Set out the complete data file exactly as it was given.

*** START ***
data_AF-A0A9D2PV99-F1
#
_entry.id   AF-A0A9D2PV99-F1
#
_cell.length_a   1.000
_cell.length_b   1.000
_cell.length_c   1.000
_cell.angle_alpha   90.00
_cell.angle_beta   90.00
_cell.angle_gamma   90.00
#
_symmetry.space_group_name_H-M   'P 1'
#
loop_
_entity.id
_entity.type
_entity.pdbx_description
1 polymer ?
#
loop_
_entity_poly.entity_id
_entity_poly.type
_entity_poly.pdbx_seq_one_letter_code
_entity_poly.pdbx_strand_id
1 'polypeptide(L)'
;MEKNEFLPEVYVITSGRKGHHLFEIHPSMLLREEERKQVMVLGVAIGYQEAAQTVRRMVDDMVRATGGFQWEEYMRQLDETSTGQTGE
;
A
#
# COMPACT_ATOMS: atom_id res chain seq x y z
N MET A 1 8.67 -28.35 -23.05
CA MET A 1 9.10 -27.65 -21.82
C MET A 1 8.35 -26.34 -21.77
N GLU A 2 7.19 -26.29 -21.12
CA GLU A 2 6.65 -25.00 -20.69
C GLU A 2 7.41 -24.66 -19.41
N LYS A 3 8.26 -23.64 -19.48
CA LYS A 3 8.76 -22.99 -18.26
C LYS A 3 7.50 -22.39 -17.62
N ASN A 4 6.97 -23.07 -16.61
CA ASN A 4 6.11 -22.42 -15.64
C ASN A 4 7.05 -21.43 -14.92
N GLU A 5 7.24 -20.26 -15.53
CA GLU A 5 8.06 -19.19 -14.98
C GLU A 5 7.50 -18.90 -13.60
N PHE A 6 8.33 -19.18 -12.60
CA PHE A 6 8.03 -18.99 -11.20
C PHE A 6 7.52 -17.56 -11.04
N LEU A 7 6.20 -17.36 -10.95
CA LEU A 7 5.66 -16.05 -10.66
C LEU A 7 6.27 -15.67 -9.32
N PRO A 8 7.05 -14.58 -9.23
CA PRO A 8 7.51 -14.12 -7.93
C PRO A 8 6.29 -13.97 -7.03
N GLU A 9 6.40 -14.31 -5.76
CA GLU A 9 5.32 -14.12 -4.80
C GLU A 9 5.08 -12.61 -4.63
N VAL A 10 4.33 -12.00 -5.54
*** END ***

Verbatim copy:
data_AF-A0A9D2PV99-F1
#
_entry.id   AF-A0A9D2PV99-F1
#
_cell.length_a   1.000
_cell.length_b   1.000
_cell.length_c   1.000
_cell.angle_alpha   90.00
_cell.angle_beta   90.00
_cell.angle_gamma   90.00
#
_symmetry.space_group_name_H-M   'P 1'
#
loop_
_entity.id
_entity.type
_entity.pdbx_description
1 polymer ?
#
loop_
_entity_poly.entity_id
_entity_poly.type
_entity_poly.pdbx_seq_one_letter_code
_entity_poly.pdbx_strand_id
1 'polypeptide(L)'
;MEKNEFLPEVYVITSGRKGHHLFEIHPSMLLREEERKQVMVLGVAIGYQEAAQTVRRMVDDMVRATGGFQWEEYMRQLDETSTGQTGE
;
A
#
# COMPACT_ATOMS: atom_id res chain seq x y z
N MET A 1 8.67 -28.35 -23.05
CA MET A 1 9.10 -27.65 -21.82
C MET A 1 8.35 -26.34 -21.77
N GLU A 2 7.19 -26.29 -21.12
CA GLU A 2 6.65 -25.00 -20.69
C GLU A 2 7.41 -24.66 -19.41
N LYS A 3 8.26 -23.64 -19.48
CA LYS A 3 8.76 -22.99 -18.26
C LYS A 3 7.50 -22.39 -17.62
N ASN A 4 6.97 -23.07 -16.61
CA ASN A 4 6.11 -22.42 -15.64
C ASN A 4 7.05 -21.43 -14.92
N GLU A 5 7.24 -20.26 -15.53
CA GLU A 5 8.06 -19.19 -14.98
C GLU A 5 7.50 -18.90 -13.60
N PHE A 6 8.33 -19.18 -12.60
CA PHE A 6 8.03 -18.99 -11.20
C PHE A 6 7.52 -17.56 -11.04
N LEU A 7 6.20 -17.36 -10.95
CA LEU A 7 5.66 -16.05 -10.66
C LEU A 7 6.27 -15.67 -9.32
N PRO A 8 7.05 -14.58 -9.23
CA PRO A 8 7.51 -14.12 -7.93
C PRO A 8 6.29 -13.97 -7.03
N GLU A 9 6.40 -14.31 -5.76
CA GLU A 9 5.32 -14.12 -4.80
C GLU A 9 5.08 -12.61 -4.63
N VAL A 10 4.33 -12.00 -5.54